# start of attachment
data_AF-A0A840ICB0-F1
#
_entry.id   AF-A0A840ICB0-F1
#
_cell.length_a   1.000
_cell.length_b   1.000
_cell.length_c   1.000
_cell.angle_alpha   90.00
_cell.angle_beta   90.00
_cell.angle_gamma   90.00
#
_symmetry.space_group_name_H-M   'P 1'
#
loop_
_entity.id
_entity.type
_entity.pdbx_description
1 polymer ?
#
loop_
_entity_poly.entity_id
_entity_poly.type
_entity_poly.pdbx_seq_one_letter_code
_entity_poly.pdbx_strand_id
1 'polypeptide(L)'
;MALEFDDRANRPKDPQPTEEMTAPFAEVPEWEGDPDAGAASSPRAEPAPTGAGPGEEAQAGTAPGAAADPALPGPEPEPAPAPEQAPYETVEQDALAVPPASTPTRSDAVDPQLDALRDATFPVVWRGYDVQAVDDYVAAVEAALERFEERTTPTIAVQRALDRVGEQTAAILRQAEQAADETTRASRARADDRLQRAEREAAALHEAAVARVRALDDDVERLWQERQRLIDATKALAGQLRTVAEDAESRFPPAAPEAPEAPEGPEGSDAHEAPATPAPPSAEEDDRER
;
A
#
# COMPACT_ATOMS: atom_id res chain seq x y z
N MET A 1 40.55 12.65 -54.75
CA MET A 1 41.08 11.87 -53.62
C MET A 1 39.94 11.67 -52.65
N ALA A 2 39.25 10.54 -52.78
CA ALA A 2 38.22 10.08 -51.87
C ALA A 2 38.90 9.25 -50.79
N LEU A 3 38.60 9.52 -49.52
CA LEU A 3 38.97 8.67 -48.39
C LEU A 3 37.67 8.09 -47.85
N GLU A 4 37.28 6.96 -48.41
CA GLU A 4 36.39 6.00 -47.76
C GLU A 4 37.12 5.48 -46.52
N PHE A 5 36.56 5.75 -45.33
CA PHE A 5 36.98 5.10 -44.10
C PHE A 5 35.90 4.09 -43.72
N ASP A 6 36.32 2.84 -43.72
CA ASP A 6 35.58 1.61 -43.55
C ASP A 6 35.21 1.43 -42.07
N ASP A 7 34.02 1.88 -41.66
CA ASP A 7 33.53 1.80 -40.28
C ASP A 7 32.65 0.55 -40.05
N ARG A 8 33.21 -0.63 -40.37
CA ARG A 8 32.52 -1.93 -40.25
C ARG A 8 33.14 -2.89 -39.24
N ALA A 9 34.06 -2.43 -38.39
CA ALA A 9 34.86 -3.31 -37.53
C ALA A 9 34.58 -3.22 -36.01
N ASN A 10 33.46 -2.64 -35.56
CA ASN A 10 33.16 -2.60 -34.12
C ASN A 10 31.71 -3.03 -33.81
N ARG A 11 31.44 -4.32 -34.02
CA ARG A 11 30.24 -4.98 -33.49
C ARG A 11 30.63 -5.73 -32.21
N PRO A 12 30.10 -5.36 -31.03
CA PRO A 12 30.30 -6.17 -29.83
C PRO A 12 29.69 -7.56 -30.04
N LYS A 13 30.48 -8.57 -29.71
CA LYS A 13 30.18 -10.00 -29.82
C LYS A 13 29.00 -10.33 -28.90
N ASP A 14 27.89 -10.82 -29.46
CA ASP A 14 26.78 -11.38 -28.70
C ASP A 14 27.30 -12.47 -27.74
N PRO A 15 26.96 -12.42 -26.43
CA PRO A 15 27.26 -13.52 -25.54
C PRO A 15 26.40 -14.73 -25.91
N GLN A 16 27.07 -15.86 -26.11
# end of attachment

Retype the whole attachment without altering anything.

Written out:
data_AF-A0A840ICB0-F1
#
_entry.id   AF-A0A840ICB0-F1
#
_cell.length_a   1.000
_cell.length_b   1.000
_cell.length_c   1.000
_cell.angle_alpha   90.00
_cell.angle_beta   90.00
_cell.angle_gamma   90.00
#
_symmetry.space_group_name_H-M   'P 1'
#
loop_
_entity.id
_entity.type
_entity.pdbx_description
1 polymer ?
#
loop_
_entity_poly.entity_id
_entity_poly.type
_entity_poly.pdbx_seq_one_letter_code
_entity_poly.pdbx_strand_id
1 'polypeptide(L)'
;MALEFDDRANRPKDPQPTEEMTAPFAEVPEWEGDPDAGAASSPRAEPAPTGAGPGEEAQAGTAPGAAADPALPGPEPEPAPAPEQAPYETVEQDALAVPPASTPTRSDAVDPQLDALRDATFPVVWRGYDVQAVDDYVAAVEAALERFEERTTPTIAVQRALDRVGEQTAAILRQAEQAADETTRASRARADDRLQRAEREAAALHEAAVARVRALDDDVERLWQERQRLIDATKALAGQLRTVAEDAESRFPPAAPEAPEAPEGPEGSDAHEAPATPAPPSAEEDDRER
;
A
#
# COMPACT_ATOMS: atom_id res chain seq x y z
N MET A 1 40.55 12.65 -54.75
CA MET A 1 41.08 11.87 -53.62
C MET A 1 39.94 11.67 -52.65
N ALA A 2 39.25 10.54 -52.78
CA ALA A 2 38.22 10.08 -51.87
C ALA A 2 38.90 9.25 -50.79
N LEU A 3 38.60 9.52 -49.52
CA LEU A 3 38.97 8.67 -48.39
C LEU A 3 37.67 8.09 -47.85
N GLU A 4 37.28 6.96 -48.41
CA GLU A 4 36.39 6.00 -47.76
C GLU A 4 37.12 5.48 -46.52
N PHE A 5 36.56 5.75 -45.33
CA PHE A 5 36.98 5.10 -44.10
C PHE A 5 35.90 4.09 -43.72
N ASP A 6 36.32 2.84 -43.72
CA ASP A 6 35.58 1.61 -43.55
C ASP A 6 35.21 1.43 -42.07
N ASP A 7 34.02 1.88 -41.66
CA ASP A 7 33.53 1.80 -40.28
C ASP A 7 32.65 0.55 -40.05
N ARG A 8 33.21 -0.63 -40.37
CA ARG A 8 32.52 -1.93 -40.25
C ARG A 8 33.14 -2.89 -39.24
N ALA A 9 34.06 -2.43 -38.39
CA ALA A 9 34.86 -3.31 -37.53
C ALA A 9 34.58 -3.22 -36.01
N ASN A 10 33.46 -2.64 -35.56
CA ASN A 10 33.16 -2.60 -34.12
C ASN A 10 31.71 -3.03 -33.81
N ARG A 11 31.44 -4.32 -34.02
CA ARG A 11 30.24 -4.98 -33.49
C ARG A 11 30.63 -5.73 -32.21
N PRO A 12 30.10 -5.36 -31.03
CA PRO A 12 30.30 -6.17 -29.83
C PRO A 12 29.69 -7.56 -30.04
N LYS A 13 30.48 -8.57 -29.71
CA LYS A 13 30.18 -10.00 -29.82
C LYS A 13 29.00 -10.33 -28.90
N ASP A 14 27.89 -10.82 -29.46
CA ASP A 14 26.78 -11.38 -28.70
C ASP A 14 27.30 -12.47 -27.74
N PRO A 15 26.96 -12.42 -26.43
CA PRO A 15 27.26 -13.52 -25.54
C PRO A 15 26.40 -14.73 -25.91
N GLN A 16 27.07 -15.86 -26.11